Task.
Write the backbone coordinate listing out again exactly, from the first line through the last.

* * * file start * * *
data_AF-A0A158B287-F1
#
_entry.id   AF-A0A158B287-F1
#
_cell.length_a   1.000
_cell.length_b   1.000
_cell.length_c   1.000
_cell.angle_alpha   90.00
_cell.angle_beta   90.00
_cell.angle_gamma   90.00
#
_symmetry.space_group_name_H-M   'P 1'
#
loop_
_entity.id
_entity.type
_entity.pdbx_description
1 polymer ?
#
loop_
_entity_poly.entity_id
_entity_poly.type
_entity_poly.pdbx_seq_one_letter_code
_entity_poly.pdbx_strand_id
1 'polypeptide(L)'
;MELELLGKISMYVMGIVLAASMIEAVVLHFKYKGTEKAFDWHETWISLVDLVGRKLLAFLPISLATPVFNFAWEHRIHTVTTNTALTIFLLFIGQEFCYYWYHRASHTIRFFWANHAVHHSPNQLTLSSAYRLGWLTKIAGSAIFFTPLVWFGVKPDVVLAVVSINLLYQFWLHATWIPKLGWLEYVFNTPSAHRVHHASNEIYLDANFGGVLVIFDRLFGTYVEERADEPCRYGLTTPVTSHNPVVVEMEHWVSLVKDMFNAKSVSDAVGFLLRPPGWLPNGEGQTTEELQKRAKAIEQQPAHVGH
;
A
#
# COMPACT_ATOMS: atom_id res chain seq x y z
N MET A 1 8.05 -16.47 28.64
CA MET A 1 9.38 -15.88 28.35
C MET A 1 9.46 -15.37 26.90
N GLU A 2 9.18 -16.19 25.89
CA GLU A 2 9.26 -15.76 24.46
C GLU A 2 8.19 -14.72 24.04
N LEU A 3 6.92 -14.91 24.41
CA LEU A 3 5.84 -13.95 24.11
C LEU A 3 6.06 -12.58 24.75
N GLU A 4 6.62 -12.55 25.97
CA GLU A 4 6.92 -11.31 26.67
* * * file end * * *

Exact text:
data_AF-A0A158B287-F1
#
_entry.id   AF-A0A158B287-F1
#
_cell.length_a   1.000
_cell.length_b   1.000
_cell.length_c   1.000
_cell.angle_alpha   90.00
_cell.angle_beta   90.00
_cell.angle_gamma   90.00
#
_symmetry.space_group_name_H-M   'P 1'
#
loop_
_entity.id
_entity.type
_entity.pdbx_description
1 polymer ?
#
loop_
_entity_poly.entity_id
_entity_poly.type
_entity_poly.pdbx_seq_one_letter_code
_entity_poly.pdbx_strand_id
1 'polypeptide(L)'
;MELELLGKISMYVMGIVLAASMIEAVVLHFKYKGTEKAFDWHETWISLVDLVGRKLLAFLPISLATPVFNFAWEHRIHTVTTNTALTIFLLFIGQEFCYYWYHRASHTIRFFWANHAVHHSPNQLTLSSAYRLGWLTKIAGSAIFFTPLVWFGVKPDVVLAVVSINLLYQFWLHATWIPKLGWLEYVFNTPSAHRVHHASNEIYLDANFGGVLVIFDRLFGTYVEERADEPCRYGLTTPVTSHNPVVVEMEHWVSLVKDMFNAKSVSDAVGFLLRPPGWLPNGEGQTTEELQKRAKAIEQQPAHVGH
;
A
#
# COMPACT_ATOMS: atom_id res chain seq x y z
N MET A 1 8.05 -16.47 28.64
CA MET A 1 9.38 -15.88 28.35
C MET A 1 9.46 -15.37 26.90
N GLU A 2 9.18 -16.19 25.89
CA GLU A 2 9.26 -15.76 24.46
C GLU A 2 8.19 -14.72 24.04
N LEU A 3 6.92 -14.91 24.41
CA LEU A 3 5.84 -13.95 24.11
C LEU A 3 6.06 -12.58 24.75
N GLU A 4 6.62 -12.55 25.97
CA GLU A 4 6.92 -11.31 26.67